There is another big-name exhibition besides “Kehinde Wiley: A New Republic” at the Phoenix Art Museum this fall. By all means, see the spectacular Wiley show in the Marley Gallery, then walk up the stairs to the Harnett Gallery to see “Horacio Zabala: Mapping the Monochrome,” featuring one of the most important Conceptual artists to emerge in Argentina in the late 20th century. The show is part of the museum’s continuing effort to showcase Latin American art, and although the pieces require a higher degree of viewer engagement, as Conceptual pieces do, it is well worth the effort.
I enjoyed a sneak peek at “Mapping the Monochrome” the day before its opening on October 19, 2016, and even better, had a chance to speak with Zabala, who was in Phoenix to oversee the installation. An architect before he concentrated on art in the 1970s, Zabala was just returning from a tour of Taliesin West when we did a short walk-through of the show.
About half of the space is dedicated to Zabala’s earlier works, many of which turn the concept of road maps and atlas pages on their head while commenting on Argentina’s political upheavals of the time. Various paper documents hang on the wall as mere objects onto which Zabala places large monochrome squares of red, blue, black or other colors, obscuring the information. In some cases, the colors are stamped on, as if to censor the information. In more “aggressive” pieces, Zabala says, the maps are partially burned. The idea is for viewers to dismiss the remoteness and sterility of such objects and instead focus on the lived reality that the documents represent.
The other half of the space looks at Zabala’s current work, mostly his conversations with all things mathematical, scientific, linguistic and logical. It may seem surprising for an artist to incorporate such left-brain devices into his practice, but again, Zabala wants the viewer to see beyond the common associations that we make with symbols such as commas, parentheses and equal signs. It’s better to think of them as glyphs that lead to enlarged realizations about time, space and relationships, even about social and political issues. The symbols offer a “visual syntax,” as one essayist has noted in the Phoenix Art Museum-produced catalog Horacio Zabala: Purity Is in the Mix.
But if we want to purely enjoy the whimsy of pulling together symbols and monochrome blocks into curious sequences, that’s OK too. As Zabala explains, his artistic practice is as much the conception, drafting and preparation as it is the finished pieces.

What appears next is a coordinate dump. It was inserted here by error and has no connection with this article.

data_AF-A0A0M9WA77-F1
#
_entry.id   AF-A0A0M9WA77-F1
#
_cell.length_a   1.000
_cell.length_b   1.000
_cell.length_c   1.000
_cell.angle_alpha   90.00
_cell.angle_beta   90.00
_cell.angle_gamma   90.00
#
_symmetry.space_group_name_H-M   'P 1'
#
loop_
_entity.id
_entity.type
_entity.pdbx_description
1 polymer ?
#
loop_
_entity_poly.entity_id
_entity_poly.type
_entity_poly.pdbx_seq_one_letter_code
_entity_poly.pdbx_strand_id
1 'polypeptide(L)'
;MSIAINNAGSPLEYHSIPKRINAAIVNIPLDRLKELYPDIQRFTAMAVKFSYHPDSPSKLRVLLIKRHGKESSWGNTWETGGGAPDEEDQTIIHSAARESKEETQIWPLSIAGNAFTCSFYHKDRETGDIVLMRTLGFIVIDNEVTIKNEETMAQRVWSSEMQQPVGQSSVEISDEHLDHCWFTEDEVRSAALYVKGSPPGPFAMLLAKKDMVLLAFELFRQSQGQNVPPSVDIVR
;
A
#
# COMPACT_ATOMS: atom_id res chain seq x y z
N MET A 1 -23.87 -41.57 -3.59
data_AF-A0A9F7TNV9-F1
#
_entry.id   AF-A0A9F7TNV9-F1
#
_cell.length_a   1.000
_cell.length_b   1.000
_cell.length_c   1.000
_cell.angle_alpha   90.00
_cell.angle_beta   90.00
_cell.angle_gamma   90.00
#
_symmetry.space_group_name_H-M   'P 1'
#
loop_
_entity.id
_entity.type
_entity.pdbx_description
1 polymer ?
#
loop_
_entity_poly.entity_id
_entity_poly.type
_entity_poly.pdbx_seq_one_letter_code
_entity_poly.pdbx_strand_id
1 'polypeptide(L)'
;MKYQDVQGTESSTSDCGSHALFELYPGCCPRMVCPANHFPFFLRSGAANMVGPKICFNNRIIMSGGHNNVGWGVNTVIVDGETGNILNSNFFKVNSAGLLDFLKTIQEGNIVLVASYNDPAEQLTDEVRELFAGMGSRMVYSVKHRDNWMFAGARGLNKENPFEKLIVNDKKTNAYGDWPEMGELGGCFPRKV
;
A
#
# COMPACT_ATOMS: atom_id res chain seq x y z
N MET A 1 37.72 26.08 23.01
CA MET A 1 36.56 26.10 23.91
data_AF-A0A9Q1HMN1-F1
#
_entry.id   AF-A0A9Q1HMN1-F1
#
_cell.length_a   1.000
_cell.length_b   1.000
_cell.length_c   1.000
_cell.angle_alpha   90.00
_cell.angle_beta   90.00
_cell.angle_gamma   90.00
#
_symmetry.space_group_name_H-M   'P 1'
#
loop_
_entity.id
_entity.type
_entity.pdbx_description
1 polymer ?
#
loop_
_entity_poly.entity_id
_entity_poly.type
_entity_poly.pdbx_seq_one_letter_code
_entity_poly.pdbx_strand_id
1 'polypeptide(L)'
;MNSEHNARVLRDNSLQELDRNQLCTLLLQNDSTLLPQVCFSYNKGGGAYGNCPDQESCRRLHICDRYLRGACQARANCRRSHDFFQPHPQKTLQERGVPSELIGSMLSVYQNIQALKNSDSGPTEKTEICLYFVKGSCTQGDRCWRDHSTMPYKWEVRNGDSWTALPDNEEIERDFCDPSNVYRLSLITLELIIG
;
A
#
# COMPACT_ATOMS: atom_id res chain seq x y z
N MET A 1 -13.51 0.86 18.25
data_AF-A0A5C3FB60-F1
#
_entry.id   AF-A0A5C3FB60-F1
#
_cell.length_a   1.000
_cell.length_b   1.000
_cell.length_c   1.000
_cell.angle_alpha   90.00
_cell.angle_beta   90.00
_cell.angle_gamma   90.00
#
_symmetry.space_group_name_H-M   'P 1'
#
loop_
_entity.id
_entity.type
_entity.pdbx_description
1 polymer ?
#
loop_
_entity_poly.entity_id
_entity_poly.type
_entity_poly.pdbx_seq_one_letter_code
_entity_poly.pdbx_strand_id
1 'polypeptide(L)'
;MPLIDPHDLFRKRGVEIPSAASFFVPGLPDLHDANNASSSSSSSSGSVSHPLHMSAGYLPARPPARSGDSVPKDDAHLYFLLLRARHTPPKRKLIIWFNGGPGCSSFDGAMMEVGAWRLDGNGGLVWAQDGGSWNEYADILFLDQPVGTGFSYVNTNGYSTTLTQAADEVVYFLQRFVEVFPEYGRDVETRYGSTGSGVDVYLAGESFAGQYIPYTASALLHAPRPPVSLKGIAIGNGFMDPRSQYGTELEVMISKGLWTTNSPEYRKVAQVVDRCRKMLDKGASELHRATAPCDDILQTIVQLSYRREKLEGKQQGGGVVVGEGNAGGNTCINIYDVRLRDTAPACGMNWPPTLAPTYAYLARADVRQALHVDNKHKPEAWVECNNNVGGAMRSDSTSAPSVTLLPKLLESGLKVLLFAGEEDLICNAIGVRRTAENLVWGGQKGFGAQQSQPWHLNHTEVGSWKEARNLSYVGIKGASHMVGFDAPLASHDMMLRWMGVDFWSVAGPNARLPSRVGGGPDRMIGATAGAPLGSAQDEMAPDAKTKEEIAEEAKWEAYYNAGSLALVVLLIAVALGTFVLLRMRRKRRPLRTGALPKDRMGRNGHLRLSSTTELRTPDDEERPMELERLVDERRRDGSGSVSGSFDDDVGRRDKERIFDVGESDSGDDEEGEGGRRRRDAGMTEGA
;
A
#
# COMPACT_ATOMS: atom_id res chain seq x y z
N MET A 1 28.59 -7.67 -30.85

“Mapping the Monochrome” includes two site-specific installations, as well as a wall dedicated to Zabala’s take on Arizona, employing his signature impositions of color blocks but this time onto state tourist maps.
Here is a short excerpt from the walk-through with Zabala. We are looking at a manipulated map of Arizona, maps of cities where he has lived, and a wall piece where the symbols end with the infinity sign:
The Zabala show continues until March 12, 2017, while the Wiley show leaves on January 8, 2017. For those who enjoy the museum’s dedication to fashion as art, the 400-piece show of clothing and accessories called “Emphatics” opens November 6 and runs through January 16.
Images are courtesy of the Phoenix Art Museum. Here are the full credit lines as you follow along in the slideshow:
Horacio Zabala, Revisar/Censurar (To Inspect/To Censor), 1974. Ink and pencil on 5 printed maps. Courtesy of the artist and Henrique Faria, New York and Buenos Aires.
Horacio Zabala, Anteproyectos de hipótesis II (Draft Sketches for Hypotheses II) (detail), 2010-2011. Pencil and acrylic on paper. Courtesy of the artist and Henrique Faria, New York and Buenos Aires, and Estudio Giménez-Duhau.
Horacio Zabala, Hacha (Axe), 1972-1998. Iron ax, printed map, wood base. Courtesy of the artist and Henrique Faria, New York and Buenos Aires, and Estudio Giménez-Duhau.
Horacio Zabala, Seis imágenes del fragmento 30 (Argentina) III (Six Images of the Fragment 30 (Argentina) III), 1973. Burnt printed maps and ink on paper. Courtesy of the artist and Henrique Faria, New York and Buenos Aires.
Horacio Zabala, Hipótesis para cuatro monocromos, un signo de equivalencia y paréntesis (Hypothesis for Four Monochromes, an Equal Sign and Parentheses), 2013. Acrylic on canvas, enamel on wood. Courtesy of the artist and Henrique Faria, New York and Buenos Aires, and Estudio Giménez-Duhau.
Horacio Zabala, Hipótesis para Phoenix (Hypothesis for Phoenix), 2016. Acrylic on wall, enamel paint on wood. Photo by Deborah Ross.